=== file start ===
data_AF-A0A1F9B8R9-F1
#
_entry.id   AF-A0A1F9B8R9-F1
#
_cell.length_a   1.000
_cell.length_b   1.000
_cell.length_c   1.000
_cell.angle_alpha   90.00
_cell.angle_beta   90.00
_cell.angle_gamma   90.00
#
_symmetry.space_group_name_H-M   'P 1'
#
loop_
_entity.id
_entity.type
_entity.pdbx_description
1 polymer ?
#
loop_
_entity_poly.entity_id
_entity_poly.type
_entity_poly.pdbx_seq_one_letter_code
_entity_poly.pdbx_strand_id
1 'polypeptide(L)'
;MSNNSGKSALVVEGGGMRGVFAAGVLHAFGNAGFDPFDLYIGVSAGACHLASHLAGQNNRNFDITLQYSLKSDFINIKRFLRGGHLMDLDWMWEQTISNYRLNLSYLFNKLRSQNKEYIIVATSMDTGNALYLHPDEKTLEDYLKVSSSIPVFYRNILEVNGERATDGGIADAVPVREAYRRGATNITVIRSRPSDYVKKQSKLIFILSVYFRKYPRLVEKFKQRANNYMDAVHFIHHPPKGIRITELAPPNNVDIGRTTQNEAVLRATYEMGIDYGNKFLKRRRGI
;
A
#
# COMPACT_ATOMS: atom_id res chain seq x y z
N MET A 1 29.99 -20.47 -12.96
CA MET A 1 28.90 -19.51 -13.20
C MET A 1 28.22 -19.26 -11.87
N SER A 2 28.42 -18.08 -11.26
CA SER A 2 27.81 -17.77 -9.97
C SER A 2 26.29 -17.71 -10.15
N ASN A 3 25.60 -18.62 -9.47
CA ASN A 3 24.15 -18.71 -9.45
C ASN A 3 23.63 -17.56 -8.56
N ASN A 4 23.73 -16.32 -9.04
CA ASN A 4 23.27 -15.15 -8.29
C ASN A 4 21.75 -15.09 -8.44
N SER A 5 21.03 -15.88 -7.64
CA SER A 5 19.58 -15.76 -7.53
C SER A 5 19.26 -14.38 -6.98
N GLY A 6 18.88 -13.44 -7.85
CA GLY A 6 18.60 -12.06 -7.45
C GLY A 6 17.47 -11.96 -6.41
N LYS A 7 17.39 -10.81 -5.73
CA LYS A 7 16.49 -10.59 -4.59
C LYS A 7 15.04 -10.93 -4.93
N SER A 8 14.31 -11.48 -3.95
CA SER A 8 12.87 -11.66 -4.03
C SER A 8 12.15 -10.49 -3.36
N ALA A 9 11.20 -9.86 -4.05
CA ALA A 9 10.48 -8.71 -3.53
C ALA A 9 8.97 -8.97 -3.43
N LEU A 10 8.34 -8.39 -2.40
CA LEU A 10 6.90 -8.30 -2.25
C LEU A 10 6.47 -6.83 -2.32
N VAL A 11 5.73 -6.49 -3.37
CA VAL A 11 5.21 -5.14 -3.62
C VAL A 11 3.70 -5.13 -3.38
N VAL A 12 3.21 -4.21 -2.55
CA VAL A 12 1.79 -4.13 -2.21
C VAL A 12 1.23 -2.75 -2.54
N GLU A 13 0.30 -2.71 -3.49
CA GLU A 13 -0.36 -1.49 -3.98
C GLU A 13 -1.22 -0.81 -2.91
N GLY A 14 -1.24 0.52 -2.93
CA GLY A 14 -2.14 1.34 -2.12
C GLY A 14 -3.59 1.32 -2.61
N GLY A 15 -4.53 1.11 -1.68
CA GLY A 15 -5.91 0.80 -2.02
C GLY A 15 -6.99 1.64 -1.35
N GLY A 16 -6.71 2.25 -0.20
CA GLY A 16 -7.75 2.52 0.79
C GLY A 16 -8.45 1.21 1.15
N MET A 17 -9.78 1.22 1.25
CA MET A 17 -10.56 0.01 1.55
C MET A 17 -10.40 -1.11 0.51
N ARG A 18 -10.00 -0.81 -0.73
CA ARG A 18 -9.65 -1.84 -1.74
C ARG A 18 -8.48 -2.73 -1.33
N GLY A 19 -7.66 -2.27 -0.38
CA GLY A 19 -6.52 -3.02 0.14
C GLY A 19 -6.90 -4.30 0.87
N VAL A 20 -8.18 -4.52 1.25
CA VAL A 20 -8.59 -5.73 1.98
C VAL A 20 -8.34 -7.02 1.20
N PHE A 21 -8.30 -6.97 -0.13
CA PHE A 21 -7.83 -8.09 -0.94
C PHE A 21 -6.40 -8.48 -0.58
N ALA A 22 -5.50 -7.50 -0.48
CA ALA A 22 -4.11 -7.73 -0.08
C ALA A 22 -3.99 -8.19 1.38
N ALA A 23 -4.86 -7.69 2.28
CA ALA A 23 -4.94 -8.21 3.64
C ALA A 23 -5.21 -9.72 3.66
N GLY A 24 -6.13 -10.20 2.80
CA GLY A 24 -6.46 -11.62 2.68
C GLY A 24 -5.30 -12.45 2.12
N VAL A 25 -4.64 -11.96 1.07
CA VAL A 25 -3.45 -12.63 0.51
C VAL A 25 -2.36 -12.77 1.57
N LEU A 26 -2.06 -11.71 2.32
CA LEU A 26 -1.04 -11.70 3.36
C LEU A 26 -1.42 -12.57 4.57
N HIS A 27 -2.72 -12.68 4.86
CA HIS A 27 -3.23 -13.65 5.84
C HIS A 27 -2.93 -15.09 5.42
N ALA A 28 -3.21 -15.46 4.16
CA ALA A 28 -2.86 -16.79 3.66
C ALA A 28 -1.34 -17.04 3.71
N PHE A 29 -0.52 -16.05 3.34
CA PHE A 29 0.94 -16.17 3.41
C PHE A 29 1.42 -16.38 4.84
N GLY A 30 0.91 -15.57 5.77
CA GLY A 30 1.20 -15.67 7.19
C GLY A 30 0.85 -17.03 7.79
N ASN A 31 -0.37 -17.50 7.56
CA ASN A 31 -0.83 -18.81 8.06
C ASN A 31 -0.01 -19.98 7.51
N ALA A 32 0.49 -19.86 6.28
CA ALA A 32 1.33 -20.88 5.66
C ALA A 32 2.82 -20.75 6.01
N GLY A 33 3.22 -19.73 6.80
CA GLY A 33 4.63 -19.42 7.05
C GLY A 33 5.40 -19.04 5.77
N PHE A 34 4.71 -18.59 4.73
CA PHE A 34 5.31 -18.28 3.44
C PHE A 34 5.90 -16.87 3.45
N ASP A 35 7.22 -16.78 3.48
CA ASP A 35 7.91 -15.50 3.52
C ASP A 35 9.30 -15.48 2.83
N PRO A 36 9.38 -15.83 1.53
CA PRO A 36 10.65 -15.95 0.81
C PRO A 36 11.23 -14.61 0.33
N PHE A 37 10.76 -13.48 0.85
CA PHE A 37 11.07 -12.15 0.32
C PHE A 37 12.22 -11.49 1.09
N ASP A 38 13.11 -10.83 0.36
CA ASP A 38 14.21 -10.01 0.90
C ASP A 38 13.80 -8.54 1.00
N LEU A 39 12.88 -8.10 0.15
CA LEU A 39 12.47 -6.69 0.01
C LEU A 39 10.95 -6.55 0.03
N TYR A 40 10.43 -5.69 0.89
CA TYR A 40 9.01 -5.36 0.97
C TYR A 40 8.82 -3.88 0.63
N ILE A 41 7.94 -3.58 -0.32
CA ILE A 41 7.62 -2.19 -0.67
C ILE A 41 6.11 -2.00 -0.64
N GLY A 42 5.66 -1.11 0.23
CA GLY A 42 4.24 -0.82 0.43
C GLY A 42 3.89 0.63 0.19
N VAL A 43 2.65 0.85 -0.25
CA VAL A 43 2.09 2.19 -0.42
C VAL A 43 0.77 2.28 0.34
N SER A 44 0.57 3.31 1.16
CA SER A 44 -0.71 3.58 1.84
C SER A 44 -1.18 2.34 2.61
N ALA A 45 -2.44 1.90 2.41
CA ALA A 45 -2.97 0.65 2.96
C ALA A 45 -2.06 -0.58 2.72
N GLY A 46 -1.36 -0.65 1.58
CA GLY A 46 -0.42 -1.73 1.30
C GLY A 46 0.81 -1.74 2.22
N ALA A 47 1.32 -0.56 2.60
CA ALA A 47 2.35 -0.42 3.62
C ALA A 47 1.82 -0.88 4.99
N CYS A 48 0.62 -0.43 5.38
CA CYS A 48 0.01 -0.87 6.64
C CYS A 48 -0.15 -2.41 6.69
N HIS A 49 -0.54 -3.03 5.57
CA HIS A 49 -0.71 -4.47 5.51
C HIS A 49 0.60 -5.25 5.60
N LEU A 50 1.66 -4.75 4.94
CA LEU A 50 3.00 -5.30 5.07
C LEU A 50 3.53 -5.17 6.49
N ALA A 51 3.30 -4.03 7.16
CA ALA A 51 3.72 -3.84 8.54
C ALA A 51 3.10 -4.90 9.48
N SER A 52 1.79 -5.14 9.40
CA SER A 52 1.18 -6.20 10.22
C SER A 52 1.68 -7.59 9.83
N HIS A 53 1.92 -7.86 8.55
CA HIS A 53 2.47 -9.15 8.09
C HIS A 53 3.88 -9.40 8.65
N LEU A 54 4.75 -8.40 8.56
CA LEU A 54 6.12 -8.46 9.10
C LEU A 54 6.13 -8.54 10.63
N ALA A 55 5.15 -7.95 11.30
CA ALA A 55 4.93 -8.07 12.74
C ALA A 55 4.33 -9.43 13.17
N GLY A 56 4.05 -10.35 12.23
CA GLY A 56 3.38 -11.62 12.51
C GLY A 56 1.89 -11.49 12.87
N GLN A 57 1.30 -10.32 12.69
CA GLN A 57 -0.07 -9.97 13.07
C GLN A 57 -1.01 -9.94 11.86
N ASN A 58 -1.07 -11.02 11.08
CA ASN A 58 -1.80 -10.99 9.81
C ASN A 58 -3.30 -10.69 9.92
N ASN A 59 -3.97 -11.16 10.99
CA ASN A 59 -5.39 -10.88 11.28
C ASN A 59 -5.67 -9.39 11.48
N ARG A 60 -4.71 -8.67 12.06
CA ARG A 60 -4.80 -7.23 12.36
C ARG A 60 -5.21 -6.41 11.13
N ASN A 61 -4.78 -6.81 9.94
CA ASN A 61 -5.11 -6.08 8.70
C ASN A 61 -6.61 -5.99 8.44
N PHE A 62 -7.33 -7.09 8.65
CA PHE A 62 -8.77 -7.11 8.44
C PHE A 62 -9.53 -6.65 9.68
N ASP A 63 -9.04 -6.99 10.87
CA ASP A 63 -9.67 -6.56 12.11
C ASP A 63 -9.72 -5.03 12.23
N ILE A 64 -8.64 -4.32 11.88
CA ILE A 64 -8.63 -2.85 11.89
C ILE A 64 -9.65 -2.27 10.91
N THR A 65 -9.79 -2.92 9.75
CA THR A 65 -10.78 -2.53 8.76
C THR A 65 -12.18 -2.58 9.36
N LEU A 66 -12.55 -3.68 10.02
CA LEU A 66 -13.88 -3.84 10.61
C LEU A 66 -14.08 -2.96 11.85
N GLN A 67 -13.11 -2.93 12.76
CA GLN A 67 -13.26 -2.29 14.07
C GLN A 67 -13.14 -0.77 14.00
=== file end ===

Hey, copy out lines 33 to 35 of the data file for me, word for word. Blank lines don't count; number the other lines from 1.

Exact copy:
C MET A 1 28.22 -19.26 -11.87
N SER A 2 28.42 -18.08 -11.26
CA SER A 2 27.81 -17.77 -9.97